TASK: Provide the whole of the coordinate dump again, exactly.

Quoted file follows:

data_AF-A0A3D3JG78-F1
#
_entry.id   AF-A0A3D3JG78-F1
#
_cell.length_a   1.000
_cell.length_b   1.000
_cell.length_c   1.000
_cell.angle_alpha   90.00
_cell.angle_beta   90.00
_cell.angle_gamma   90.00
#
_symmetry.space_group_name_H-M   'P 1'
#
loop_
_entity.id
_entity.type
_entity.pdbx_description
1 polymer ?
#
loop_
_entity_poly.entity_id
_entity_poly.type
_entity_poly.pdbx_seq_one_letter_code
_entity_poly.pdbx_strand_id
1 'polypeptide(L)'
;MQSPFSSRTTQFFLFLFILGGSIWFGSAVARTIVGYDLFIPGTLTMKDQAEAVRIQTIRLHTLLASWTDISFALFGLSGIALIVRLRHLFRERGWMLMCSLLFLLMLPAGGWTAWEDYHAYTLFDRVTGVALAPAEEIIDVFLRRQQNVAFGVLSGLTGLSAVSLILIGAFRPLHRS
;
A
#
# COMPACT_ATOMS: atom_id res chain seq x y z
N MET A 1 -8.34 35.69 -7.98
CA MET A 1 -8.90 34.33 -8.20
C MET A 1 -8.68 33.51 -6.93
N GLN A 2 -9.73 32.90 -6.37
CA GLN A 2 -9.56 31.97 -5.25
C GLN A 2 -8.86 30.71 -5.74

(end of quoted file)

data_AF-A0A3D3JG78-F1
#
_entry.id   AF-A0A3D3JG78-F1
#
_cell.length_a   1.000
_cell.length_b   1.000
_cell.length_c   1.000
_cell.angle_alpha   90.00
_cell.angle_beta   90.00
_cell.angle_gamma   90.00
#
_symmetry.space_group_name_H-M   'P 1'
#
loop_
_entity.id
_entity.type
_entity.pdbx_description
1 polymer ?
#
loop_
_entity_poly.entity_id
_entity_poly.type
_entity_poly.pdbx_seq_one_letter_code
_entity_poly.pdbx_strand_id
1 'polypeptide(L)'
;MQSPFSSRTTQFFLFLFILGGSIWFGSAVARTIVGYDLFIPGTLTMKDQAEAVRIQTIRLHTLLASWTDISFALFGLSGIALIVRLRHLFRERGWMLMCSLLFLLMLPAGGWTAWEDYHAYTLFDRVTGVALAPAEEIIDVFLRRQQNVAFGVLSGLTGLSAVSLILIGAFRPLHRS
;
A
#
# COMPACT_ATOMS: atom_id res chain seq x y z
N MET A 1 -8.34 35.69 -7.98
CA MET A 1 -8.90 34.33 -8.20
C MET A 1 -8.68 33.51 -6.93
N GLN A 2 -9.73 32.90 -6.37
CA GLN A 2 -9.56 31.97 -5.25
C GLN A 2 -8.86 30.71 -5.74